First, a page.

KJIPUKTUK (Halifax) – This afternoon about a hundred people gathered at Province House. They did so in support of the Mi’kmaw people who are determined to stop Alton Gas from releasing large amounts of brine in the Shubenacadie RIver.
“Our message is ‘stop Alton Gas now.’ The permits have no jurisdiction with the Mi’kmaq, we want those permits to be cancelled, we want Alton Gas to pack up and leave,” Michelle Paul told the crowd. Paul is one of the many people who have been present at the proposed brine release site along the Shubenacade River on a daily basis.
“We will take ownership of the river, we will be protecting that river, and we will not go away,” said Paul. “We will be at the site every day. We will be building, and we will be sharing, and we are calling on everyone to come out and support us.”
Security guards and police hastily closed the gates when Paul next proceeded towards Province House, hoping to find a politician to talk to.
Alton Natural Gas Storage intends to create large caverns to store liquid gas near Stewiacke. While creating the caverns the company will dump brine in the tidal Shubenacadie river.
Residents, fishers, biologists,and members of the Sipekne’katik Band are opposed to the project because of concerns about the brittle ecology of the river. Many also worry about the risks of living in close proximity to potentially explosive supplies of liquid gas stored underground.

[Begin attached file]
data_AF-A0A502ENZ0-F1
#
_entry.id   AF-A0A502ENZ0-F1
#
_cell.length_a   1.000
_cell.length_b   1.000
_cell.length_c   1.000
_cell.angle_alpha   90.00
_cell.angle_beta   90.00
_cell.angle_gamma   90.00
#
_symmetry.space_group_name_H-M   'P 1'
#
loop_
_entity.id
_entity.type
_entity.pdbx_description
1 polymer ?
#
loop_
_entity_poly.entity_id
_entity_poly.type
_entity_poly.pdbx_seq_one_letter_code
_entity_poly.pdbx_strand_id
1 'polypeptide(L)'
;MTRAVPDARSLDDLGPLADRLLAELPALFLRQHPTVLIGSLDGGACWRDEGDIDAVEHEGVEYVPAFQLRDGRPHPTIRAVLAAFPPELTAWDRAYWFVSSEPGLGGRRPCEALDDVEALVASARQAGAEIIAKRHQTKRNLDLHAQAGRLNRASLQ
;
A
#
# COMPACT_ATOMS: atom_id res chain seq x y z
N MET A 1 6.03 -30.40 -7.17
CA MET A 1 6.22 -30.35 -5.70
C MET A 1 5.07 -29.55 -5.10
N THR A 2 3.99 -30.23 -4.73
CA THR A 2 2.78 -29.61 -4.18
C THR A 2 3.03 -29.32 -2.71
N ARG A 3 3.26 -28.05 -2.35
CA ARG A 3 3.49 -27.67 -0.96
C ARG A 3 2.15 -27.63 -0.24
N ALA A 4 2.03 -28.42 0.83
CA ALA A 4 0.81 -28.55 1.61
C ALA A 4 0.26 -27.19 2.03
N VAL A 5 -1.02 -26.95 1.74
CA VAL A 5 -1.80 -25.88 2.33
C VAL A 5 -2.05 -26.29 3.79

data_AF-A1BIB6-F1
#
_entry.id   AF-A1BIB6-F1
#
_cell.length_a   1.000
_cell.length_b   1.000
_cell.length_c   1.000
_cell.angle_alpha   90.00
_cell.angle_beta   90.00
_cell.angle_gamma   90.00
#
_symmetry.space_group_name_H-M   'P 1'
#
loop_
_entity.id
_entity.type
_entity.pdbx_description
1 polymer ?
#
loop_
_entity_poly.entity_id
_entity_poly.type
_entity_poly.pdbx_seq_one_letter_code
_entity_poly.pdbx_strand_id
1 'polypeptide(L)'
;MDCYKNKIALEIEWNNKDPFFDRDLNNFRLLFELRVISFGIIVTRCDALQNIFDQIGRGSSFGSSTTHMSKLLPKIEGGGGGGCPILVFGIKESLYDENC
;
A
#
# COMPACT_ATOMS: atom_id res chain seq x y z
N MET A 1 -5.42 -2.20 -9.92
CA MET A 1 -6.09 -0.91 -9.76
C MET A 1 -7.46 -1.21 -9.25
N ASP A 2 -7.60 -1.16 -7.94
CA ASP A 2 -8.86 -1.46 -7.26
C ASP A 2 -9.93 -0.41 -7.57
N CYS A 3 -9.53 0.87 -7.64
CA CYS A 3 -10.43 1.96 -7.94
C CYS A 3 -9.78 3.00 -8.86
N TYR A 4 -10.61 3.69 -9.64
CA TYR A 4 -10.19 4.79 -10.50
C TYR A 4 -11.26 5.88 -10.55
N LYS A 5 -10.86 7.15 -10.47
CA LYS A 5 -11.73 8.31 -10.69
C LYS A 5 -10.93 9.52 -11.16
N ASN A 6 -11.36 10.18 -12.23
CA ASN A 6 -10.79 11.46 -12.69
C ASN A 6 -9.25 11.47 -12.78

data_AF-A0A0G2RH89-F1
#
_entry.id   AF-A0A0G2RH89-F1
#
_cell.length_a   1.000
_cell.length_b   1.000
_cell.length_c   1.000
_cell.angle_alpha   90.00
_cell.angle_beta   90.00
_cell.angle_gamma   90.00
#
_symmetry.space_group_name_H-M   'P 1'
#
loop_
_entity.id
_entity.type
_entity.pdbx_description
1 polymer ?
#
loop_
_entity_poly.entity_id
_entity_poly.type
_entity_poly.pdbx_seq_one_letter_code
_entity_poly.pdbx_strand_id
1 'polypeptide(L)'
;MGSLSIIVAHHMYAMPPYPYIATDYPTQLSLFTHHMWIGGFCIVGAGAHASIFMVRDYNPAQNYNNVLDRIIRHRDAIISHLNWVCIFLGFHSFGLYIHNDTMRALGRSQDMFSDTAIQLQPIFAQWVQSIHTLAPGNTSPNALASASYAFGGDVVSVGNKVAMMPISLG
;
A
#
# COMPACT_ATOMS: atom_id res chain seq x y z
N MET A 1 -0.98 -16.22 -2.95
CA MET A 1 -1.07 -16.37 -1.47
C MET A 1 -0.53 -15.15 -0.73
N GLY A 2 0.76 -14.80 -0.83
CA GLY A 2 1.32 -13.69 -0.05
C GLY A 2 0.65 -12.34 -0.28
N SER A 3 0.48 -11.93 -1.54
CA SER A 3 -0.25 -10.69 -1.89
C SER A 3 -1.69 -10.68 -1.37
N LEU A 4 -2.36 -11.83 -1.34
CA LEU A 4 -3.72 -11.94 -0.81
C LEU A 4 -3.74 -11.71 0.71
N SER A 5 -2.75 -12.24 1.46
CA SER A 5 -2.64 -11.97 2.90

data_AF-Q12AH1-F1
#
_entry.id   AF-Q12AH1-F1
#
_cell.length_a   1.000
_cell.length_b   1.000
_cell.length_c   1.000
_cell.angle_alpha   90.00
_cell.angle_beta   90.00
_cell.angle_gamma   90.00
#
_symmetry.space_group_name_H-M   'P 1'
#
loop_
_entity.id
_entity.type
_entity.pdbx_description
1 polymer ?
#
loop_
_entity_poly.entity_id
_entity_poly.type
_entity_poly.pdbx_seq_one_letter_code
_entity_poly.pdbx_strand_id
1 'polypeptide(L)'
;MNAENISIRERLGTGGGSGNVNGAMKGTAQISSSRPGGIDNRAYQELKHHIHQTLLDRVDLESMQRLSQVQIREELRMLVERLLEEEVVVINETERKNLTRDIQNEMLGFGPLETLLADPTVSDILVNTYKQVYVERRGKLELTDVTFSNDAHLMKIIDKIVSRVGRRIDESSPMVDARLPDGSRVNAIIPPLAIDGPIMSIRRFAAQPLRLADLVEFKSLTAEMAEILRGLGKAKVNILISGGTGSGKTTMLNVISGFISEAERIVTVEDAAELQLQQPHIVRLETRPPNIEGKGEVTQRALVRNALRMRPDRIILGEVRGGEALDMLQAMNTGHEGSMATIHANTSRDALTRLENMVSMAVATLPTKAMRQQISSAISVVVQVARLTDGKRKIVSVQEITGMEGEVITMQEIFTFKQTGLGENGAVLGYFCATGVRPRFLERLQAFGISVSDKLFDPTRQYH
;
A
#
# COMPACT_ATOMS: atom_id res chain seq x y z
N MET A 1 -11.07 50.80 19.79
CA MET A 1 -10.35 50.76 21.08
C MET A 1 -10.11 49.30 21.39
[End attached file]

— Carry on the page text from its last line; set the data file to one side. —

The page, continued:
As is so often the case in Nova Scotia, residents were told little of the company’s plans beforehand. Aboriginal and treaty rights of the Sipekne’katik Band were essentially ignored.
Among the protesters was Gary Burrill, leader of the Nova Scotia NDP.
“First Nation communities and local residents affected by this decision clearly say that they have not been adequately consulted,” Burrill told the Nova Scotia Advocate. “What’s missing is the democratic say-so, and the government has done a poor job.”
Also present was Suzanne McNeil, president of the Halifax-Dartmouth and District Labour Council.
“Like everyone else we want the water and the land to be clean and healthy, as human beings at a very basic level we care about that. We need the kind of development that doesn’t pit our needs against each other, We need to feed our families, but we cannot do that at the expense of our environment,” said McNeil.
The group that opposes the Alton Natural Gas Storage project has set up a teepee frame on a small island in the Shubenacadie River to mark it as traditional Mi’kmaw territory, and has set eel traps to assert Mi’kmaw treaty rights.
The group has also constructed a Treaty Truckhouse nearby, in accordance with rights protected in the treaties.
“The people here represent Halifax and beyond, to underline that it’s not just the local communities that are next to the river that care. People everywhere around the province are watching,” said Sadie Beaton, one of the organizers of today’s rally.
The best way to support the defenders of the river is to come down to the Treaty Truckhouse location, Beaton added.
“There is stuff going on every day. The big push is for the weekend rallies. It’s very family-friendly place to be,” she said.
For updates and events along the Shubenacadie River, join the Facebook official page.